Whispering Woods Coven Faery Lore course
“Remember when doing outside rituals to leave a libation for the wee folk. Milk and bread or cookies is fine.”
The Irish were known to have made knives of flint to protect against mischievous faeries. Small holes were drilled into the handle and the knife was hung by the door to keep out unwanted or undesirable faeries. By the same token arrow heads made out of flint were referred to as Elf -shot, Elf -arrow, or Faery-shot. It is thought that elves would hurl these arrow heads at mortals who then carried them off to their realm. In the victims place was left a changeling (Sithbheire) that was left to sicken and die.
It is from this that we get the term “Elf-stroke” or just “Stroke for short. These Elf-bolts are known as “Saighead sith”. And it is considered to be lucky if one finds one. Once found it should never be allowed to touch the ground. And they should be buried with its owner upon their passing.
Iron protects against all types of Faeries. It is thought that a horseshoe nailed to the bottom of the churn prevents butter from being meddled with by faeries. Another custom is when a child is thought to be a changeling (Sithbheire), it is placed upon an iron shovel over the fire, the changeling would go shrieking up the chimney, and the real human child would be restored.
To keep a human child from being stolen by faeries it is customary to hang a pair of iron scissors above the crib.
A horseshoe hung upright so that its magick doesn’t pour out, serves as a charm against faeries.
It is said that if you find a grove of Oak, Ash, and Mistletoe, that you will encounter faeries. This particular triad of growth is considered to be very sacred to faeries. Especially to the Dryads, whom it is thought, instructed the Druids in the use of sacred tree magick.
It is said that cats are a mortal enemy of all small faeries. Cats are said to have the ability to readily see faeries.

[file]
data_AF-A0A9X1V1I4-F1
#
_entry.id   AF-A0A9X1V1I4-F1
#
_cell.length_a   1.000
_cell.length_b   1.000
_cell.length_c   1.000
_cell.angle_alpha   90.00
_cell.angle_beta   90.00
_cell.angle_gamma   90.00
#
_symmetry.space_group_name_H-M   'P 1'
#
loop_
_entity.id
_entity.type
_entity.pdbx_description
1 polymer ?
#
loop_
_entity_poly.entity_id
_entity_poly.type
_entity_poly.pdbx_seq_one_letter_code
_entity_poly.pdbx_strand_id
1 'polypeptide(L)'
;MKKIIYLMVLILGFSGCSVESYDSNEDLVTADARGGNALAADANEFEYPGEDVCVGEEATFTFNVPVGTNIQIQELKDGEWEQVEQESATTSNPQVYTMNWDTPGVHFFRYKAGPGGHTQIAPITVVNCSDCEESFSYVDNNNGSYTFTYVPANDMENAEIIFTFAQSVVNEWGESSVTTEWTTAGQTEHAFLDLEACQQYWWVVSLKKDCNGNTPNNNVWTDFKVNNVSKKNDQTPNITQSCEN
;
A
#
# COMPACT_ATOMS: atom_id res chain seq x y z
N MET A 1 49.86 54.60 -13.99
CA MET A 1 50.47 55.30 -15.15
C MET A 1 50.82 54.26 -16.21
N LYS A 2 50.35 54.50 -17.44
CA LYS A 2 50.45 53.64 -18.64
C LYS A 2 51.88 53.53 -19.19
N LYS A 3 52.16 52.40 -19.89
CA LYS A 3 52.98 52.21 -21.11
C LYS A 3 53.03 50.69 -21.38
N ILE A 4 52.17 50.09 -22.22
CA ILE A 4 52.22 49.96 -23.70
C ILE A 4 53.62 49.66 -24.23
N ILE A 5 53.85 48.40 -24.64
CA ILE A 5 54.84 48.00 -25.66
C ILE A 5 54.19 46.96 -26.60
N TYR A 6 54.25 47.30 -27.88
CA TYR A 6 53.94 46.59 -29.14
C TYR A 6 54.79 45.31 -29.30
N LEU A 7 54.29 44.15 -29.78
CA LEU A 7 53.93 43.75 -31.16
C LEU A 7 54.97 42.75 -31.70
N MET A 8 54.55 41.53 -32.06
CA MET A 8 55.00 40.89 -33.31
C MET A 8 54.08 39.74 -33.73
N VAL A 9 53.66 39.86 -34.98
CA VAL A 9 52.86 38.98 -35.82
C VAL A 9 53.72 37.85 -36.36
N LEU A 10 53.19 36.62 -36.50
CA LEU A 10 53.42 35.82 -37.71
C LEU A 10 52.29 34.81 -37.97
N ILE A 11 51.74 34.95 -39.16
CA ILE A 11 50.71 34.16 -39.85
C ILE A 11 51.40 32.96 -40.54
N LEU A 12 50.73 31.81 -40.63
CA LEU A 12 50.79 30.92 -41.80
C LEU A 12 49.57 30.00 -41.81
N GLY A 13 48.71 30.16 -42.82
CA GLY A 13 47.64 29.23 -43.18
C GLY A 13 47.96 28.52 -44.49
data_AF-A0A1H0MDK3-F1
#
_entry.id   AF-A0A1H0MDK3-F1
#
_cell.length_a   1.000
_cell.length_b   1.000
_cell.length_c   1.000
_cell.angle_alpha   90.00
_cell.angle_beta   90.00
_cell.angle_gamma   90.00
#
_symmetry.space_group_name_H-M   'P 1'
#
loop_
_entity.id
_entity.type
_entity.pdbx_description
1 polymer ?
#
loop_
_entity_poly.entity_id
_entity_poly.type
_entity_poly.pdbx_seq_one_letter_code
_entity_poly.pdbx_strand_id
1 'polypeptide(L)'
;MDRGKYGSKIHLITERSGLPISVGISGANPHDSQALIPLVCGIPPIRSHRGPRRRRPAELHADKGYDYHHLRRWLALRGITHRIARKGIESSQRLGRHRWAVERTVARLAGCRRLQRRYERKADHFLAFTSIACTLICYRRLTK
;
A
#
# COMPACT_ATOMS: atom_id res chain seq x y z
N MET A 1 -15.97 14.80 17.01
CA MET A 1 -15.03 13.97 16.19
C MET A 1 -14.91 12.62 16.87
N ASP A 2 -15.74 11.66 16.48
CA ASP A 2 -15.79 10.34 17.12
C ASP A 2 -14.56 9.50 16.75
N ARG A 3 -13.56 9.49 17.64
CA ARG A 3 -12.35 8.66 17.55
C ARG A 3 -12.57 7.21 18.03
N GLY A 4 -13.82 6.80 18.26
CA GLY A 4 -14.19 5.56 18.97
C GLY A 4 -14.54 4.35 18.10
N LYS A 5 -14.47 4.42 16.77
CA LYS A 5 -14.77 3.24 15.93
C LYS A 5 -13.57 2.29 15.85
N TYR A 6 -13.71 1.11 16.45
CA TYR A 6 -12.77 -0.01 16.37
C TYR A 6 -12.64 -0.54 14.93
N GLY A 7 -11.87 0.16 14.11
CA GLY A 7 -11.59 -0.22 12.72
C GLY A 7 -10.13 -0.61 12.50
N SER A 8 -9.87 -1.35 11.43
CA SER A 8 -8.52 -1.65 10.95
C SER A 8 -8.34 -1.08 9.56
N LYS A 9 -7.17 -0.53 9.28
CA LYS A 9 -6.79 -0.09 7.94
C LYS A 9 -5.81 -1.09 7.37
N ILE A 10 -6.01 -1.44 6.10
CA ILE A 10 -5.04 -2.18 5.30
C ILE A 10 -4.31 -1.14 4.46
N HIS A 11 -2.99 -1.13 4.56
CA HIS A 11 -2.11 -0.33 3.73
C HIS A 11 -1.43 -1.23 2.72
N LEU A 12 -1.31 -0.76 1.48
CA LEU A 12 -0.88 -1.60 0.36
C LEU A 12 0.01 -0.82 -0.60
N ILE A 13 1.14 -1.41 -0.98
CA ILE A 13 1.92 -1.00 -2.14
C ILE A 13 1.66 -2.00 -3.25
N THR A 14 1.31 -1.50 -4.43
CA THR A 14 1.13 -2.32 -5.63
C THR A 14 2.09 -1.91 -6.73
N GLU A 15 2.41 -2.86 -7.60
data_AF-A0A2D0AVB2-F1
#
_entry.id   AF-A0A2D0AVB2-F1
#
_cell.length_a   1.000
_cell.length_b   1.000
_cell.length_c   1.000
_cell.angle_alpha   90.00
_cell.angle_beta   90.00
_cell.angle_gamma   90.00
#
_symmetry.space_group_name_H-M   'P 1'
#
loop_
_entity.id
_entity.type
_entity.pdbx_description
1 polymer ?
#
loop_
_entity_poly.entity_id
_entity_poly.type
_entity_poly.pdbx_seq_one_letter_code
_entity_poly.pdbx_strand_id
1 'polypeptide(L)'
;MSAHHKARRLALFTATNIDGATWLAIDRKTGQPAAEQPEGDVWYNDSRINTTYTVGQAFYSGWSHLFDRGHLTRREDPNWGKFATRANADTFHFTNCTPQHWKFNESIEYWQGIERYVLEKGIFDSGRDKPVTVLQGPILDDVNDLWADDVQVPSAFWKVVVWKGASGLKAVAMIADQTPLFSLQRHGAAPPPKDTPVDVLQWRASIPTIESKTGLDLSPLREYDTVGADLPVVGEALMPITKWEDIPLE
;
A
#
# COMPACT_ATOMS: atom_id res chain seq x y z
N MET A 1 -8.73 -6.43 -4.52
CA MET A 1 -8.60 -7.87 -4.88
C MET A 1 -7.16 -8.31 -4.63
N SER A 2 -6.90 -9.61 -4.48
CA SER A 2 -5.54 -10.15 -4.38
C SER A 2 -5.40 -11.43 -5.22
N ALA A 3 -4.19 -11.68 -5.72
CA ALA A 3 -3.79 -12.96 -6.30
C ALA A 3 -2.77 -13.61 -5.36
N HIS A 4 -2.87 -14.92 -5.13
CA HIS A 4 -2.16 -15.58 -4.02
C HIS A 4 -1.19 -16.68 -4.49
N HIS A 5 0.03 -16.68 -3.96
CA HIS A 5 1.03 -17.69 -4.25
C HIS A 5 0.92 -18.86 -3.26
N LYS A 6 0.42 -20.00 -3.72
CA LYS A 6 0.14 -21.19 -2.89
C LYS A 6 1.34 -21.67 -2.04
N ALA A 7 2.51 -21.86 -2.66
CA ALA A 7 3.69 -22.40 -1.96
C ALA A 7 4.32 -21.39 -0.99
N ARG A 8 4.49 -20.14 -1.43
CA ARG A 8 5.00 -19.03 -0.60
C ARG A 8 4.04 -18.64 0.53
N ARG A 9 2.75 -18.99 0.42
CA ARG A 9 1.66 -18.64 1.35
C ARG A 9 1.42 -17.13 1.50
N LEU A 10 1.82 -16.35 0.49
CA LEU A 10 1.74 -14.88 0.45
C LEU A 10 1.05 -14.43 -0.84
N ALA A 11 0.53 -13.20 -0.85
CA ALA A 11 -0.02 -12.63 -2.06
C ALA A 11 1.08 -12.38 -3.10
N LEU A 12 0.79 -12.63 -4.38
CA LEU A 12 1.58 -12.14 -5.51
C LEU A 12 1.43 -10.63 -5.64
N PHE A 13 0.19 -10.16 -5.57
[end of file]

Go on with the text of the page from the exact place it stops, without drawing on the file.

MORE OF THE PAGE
Cramps are said to be punishment for annoying faeries and unexplained bruises are said to be caused by pinching faeries.
One of the most well known places to find the Fae Folk is within a natural mushroom ring at sunset or full moonlight. There are a variety of mushrooms that may form these enchanted rings. However one would do well to be cautious upon entering these rings as the association of time differs greatly with that of the mundane human realm.
It is said that a one can simply look through a stone with an opening, or a hole. This is called a Faery stone, holey stone or “men-an-tol, an-cloc cosanta” (drilled stones). They are usually found near running water or by the sea. It is thought that they present a doorway into the realm of fae. And that it gives one physic sight when peering through this stone.
Faeries are said to have “white” blood. And when one spots splotches of a white material on the ground it is from opposing troops of faeries who had fought the night before.
The term “Fair folk” came about to appease the faeries because it was thought unlucky to speak ill of them, for if they felt criticized in any manner, they would take revenge.
It is said that when one is walking along and then feels a cold blast of air that you have crossed over an area associated with faeries. This is called the “Gaoth Shee” (Fairy Wind). By the same token if you were walking along a familiar stretch of land and become temporarily confused or lost, you have encountered what is known as “the stray sod”. This is also an area associated with faery activity.
Within the Christian faith it is thought that faeries are actually fallen angels who followed Satan out of their heaven. In some Christian beliefs it is thought that faeries are the spirits of un-baptized children who have been stolen by faeries.
It is said that owls are actually faeries that have shape-shifted.
Within the Celtic beliefs it is thought that faeries are descended from the mystic race known as the Tuatha De Danann.
When one sees a host of faeries trooping by (Especially at Samhain) if one throws the dust from a footprint at them, it will compel them to release any human captives that they may have with them.
The best day of the week for faeries is Wednesday; the worst day of the week is Thursday.
It is said that if one sprinkles their clothes with oatmeal or carries it in their pocket, that no faery will approach them.
To prevent faeries from entering one’s home through a chimney, hang a besom over the hearth.
To keep faeries out of one’s bedroom, you but need to spread some flax around the floor.
At Beltain, when the faeries are quite active, adorn your children with daisy garlands to keep them from being kidnapped by faeries.
1. A Gaoth shee is a _____ _____.
2. Faeries have ______ blood.
3. What three trees are sacred to faeries? _______, _________ and _________.
4. ___ protects against all faeries.
5. Hang a horseshoe upright to keep its ______ from pouring out.
6. The Celtic word for changeling is _________.
7. The best day of the week for faeries is ________.